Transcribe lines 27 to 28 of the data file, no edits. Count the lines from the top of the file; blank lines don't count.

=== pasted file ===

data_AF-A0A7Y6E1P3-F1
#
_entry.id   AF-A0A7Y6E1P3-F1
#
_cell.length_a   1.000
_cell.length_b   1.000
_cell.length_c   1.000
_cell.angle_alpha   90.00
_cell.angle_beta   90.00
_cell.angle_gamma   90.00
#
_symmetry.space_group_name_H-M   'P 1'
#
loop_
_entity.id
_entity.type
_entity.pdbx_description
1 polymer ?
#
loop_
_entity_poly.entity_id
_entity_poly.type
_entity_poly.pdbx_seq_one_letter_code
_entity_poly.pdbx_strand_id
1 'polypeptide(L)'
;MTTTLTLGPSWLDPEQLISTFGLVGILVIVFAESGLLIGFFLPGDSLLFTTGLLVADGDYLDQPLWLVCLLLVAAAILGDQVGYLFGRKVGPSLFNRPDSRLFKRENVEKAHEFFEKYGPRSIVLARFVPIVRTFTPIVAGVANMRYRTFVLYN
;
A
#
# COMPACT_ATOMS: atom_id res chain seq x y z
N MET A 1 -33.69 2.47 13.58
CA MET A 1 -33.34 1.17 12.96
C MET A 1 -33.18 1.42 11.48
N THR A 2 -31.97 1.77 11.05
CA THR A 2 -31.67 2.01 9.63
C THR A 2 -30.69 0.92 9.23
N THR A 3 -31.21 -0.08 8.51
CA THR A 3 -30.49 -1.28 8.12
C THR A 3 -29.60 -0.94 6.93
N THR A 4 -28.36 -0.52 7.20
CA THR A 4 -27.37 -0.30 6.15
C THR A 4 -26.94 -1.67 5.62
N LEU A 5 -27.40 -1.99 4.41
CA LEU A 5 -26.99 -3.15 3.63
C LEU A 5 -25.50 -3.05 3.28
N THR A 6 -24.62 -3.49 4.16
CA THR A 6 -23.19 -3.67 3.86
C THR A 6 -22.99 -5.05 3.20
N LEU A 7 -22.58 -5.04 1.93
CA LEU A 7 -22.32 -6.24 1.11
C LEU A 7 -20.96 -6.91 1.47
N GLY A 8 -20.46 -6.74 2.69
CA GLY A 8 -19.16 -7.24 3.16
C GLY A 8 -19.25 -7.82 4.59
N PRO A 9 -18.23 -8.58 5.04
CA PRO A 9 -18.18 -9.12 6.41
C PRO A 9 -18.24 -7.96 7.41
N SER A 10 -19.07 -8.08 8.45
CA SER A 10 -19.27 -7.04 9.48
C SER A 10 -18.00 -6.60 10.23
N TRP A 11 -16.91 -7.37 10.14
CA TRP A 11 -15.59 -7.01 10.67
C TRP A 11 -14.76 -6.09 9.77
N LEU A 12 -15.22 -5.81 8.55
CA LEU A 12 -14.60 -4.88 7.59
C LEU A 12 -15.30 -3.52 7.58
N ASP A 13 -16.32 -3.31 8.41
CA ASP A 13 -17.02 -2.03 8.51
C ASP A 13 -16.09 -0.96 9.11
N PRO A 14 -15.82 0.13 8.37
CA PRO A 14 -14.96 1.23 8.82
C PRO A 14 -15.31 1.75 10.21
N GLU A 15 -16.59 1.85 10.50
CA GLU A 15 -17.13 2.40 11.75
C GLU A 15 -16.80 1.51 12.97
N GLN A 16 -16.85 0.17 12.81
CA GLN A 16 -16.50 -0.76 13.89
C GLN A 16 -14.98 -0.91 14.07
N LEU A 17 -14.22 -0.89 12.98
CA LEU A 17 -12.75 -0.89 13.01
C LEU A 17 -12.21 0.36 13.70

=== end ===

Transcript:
;
A